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Chicago World's Fair, 1893
by Kyle Hemmings

art by Robinson Accola
art by Robinson Accola
An old flyer stated that the exposition covered two hundred and forty-three hectares. The city burned blue and smoky, exclaiming two-hundred thousand incandescent bulbs that glowed at once. Buildings in Jackson Park rose from their majestic shadows. Buffalo Bill shook hands with an amputee and offered him free admission. In dells and barbershops, men discussed a limping economy, while on a ballroom stage, the maharajah of Kapurthala sat yoga-style, his eyes transfixed, and somewhere on an East Bank terrace, a man reinvented himself as Phileas Fogg. He claimed electric charges sparking inside his body made him psychic. Then a waitress disappeared. Then a stenographer. Then a woman named Evelyn Stewart. In a hotel, chemical odors rose and ebbed. Perhaps a problem with the gas lines, said one patron. The perpetrator snuck up from behind, liked a safe distance, perhaps thinking that all his victims resembled his mother. He smothered the women with chloroform-soaked rags. Bodies were dumped in quicklime pits or shoved into kilns. By the Midway, a woman handed a man a gold cigarette case inlaid with diamonds. Later, she wrote to him, "I'm leaving you, Dearest, to find my way in the world. Over the streets, there was a whiff of bruised feelings, turning thick, becoming a fog. The fog expanded, covered a distance that was estimated to be slightly less than the circumference of the world, then lifted, left a fuzzy memory of a white city in its wake. There would be progress. There would be a new metropolis and another Chicago World's fair. There would be futurists and left-wingers. There would be other and more efficient gas chambers.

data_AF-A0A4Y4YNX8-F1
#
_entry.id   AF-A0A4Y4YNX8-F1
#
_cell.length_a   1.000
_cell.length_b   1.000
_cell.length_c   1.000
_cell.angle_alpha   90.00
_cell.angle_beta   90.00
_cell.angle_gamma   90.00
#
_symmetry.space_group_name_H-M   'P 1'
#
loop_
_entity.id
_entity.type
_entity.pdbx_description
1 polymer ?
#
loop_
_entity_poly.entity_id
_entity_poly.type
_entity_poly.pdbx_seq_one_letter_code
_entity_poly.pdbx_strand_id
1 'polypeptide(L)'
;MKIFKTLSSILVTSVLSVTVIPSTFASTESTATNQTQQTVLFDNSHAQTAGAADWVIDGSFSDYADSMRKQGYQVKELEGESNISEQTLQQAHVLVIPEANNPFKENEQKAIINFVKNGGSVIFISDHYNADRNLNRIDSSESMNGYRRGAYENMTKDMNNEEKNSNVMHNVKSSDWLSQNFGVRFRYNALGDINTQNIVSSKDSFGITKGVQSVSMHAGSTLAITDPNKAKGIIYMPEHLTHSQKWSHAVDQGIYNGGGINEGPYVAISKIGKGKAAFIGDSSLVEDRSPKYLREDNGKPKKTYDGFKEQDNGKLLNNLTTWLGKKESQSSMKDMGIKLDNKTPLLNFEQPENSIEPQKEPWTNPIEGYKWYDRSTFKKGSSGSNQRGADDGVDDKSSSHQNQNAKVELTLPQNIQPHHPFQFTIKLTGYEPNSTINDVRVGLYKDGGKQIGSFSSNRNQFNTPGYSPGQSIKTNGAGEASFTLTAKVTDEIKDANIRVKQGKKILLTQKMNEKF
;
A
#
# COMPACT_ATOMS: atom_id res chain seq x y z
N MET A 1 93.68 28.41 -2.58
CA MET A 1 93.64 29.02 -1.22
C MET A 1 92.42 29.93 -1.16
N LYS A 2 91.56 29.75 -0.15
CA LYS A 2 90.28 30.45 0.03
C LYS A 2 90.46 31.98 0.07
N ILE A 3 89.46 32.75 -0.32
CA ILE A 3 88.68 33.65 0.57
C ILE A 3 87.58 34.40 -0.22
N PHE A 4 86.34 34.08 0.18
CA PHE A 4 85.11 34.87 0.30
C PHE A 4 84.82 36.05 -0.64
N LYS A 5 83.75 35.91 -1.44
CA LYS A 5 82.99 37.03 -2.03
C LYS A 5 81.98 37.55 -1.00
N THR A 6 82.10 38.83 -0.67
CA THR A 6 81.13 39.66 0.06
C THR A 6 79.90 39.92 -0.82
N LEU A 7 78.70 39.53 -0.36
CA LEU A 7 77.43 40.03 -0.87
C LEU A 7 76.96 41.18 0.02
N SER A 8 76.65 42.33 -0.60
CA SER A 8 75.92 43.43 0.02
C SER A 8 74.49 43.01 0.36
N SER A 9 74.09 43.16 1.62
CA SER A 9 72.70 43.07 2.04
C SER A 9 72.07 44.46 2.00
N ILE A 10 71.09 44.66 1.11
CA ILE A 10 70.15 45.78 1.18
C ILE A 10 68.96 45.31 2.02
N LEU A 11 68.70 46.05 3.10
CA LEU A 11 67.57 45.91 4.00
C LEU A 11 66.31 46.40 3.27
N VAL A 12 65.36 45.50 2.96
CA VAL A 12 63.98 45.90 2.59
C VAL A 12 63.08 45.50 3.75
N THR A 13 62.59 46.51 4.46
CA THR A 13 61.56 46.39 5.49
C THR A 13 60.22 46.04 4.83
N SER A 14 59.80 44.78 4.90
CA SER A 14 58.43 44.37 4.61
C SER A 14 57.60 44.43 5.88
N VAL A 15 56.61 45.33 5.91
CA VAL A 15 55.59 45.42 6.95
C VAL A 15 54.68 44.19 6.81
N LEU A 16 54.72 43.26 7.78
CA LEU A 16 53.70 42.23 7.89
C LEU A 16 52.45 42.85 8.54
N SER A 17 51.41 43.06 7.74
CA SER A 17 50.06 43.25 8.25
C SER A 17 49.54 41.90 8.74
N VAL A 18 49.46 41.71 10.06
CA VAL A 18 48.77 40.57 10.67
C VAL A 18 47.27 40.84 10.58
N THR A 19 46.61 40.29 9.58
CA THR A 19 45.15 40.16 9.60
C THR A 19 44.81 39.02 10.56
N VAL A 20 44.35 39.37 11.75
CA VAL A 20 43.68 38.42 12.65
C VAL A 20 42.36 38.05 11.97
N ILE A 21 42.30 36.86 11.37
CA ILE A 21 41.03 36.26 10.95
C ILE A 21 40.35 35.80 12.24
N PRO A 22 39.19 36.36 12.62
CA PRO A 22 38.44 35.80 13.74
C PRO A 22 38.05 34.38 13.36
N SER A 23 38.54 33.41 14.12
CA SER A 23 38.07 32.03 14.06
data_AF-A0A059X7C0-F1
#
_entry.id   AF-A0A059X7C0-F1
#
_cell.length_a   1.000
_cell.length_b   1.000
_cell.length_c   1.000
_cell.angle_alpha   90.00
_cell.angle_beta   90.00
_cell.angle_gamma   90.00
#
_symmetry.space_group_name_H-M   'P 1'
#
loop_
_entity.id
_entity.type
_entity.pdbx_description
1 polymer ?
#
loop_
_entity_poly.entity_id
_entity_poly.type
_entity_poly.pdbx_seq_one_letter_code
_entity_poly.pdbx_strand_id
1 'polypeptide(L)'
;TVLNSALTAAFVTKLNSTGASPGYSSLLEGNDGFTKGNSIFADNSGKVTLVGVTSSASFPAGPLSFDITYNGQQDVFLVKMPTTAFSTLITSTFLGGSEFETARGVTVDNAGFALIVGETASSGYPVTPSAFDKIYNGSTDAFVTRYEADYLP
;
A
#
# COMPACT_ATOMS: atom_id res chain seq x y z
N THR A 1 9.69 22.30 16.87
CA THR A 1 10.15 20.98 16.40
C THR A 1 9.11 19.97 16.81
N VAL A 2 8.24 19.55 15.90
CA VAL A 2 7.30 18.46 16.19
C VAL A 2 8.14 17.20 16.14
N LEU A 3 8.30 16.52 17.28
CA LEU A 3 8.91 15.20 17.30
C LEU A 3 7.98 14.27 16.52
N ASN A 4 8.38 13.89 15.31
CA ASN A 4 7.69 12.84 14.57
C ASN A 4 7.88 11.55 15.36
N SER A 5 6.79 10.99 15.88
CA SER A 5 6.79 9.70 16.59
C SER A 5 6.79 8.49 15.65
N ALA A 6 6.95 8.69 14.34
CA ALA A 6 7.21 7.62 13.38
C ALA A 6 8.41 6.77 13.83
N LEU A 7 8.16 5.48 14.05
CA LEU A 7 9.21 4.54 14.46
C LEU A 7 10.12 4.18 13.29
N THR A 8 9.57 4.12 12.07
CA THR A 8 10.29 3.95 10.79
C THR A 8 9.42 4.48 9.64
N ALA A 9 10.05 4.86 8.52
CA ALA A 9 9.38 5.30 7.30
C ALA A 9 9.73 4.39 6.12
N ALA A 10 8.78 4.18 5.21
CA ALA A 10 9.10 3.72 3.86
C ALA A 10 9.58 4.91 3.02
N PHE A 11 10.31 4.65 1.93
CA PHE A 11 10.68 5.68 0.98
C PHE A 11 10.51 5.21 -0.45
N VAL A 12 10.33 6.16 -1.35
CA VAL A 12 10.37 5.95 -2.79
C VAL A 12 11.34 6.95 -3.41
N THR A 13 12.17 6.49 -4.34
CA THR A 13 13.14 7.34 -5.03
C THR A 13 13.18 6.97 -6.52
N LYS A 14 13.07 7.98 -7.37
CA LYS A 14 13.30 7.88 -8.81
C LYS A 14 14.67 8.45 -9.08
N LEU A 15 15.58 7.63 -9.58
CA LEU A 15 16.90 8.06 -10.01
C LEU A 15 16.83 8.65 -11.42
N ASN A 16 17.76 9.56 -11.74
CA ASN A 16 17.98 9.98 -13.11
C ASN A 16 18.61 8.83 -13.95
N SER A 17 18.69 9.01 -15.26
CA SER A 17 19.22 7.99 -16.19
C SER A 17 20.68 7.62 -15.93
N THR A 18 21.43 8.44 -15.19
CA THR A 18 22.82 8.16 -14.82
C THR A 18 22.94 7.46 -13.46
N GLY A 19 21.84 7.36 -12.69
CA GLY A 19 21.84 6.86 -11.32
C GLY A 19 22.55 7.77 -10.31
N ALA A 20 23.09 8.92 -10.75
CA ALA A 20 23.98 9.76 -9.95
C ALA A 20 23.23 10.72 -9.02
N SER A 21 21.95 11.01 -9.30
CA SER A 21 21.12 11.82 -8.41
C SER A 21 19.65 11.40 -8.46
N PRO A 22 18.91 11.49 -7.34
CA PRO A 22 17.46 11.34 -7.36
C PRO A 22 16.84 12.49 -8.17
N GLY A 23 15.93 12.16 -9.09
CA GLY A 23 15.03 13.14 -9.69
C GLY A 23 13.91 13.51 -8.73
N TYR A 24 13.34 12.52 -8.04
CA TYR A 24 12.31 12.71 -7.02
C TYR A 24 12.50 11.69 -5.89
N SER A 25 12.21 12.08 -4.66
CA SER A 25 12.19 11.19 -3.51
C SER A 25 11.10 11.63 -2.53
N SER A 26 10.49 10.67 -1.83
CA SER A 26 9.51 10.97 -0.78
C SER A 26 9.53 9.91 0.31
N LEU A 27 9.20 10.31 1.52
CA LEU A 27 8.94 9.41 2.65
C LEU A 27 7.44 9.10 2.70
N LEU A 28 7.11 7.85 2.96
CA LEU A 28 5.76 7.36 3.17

All content in SmokeLong Quarterly copyright 2003-2014 by its authors.



Kyle Hemmings wishes he could play surf guitar like Dick Dale and sing Brian Wilson. On some days, he sings in the shower. His hero is R. Crumb. He lives and works in New Jersey.

Read the interview.

Robinson Accola creates artwork for SmokeLong Quarterly as needed.
Issue Twenty-Three (December 15, 2008): Ants by David Aichenbaum «» Earthrise by Christopher Bundy «» The World Before This One by Jon Chopan «» Ghost Bike by Thomas Cooper «» The Sway of Trains by Lydia Copeland «» Impressionists by Debra A. Daniel «» Danseuses Nues by David Harris Ebenbach «» The Head Fields by Terry Ehret «» Shadows by Sherrie Flick «» Heroin Girl by Larry Fondation «» She Doesn't Ask Where He Goes by Stefanie Freele «» Caved In by Barry Graham «» Chicago World's Fair, 1893 by Kyle Hemmings «» Coat and Shoes by Tania Hershman «» Thirteen by Tai Dong Huai «» Phoenix by W.P. Kinsella «» Nearly Free by Dorianne Laux «» Alien Lunch by Liane LeMaster «» The Society for the Preservation of Everything by Kuzhali Manickavel «» 216 East Boalt by Jeannie Vanasco «» Potatoes by Spencer Wise «» Interviews: David Aichenbaum «» Christopher Bundy «» Jon Chopan «» Thomas Cooper «» Lydia Copeland «» Debra A. Daniel «» David Harris Ebenbach «» Terry Ehret «» Sherrie Flick «» Larry Fondation «» Stefanie Freele «» Barry Graham «» Kyle Hemmings «» Tania Hershman «» Tai Dong Huai «» Dorianne Laux «» Liane LeMaster «» Kuzhali Manickavel «» Spencer Wise «» Cover Art "morpheus" by Marty D. Ison «» Letter From the Editor

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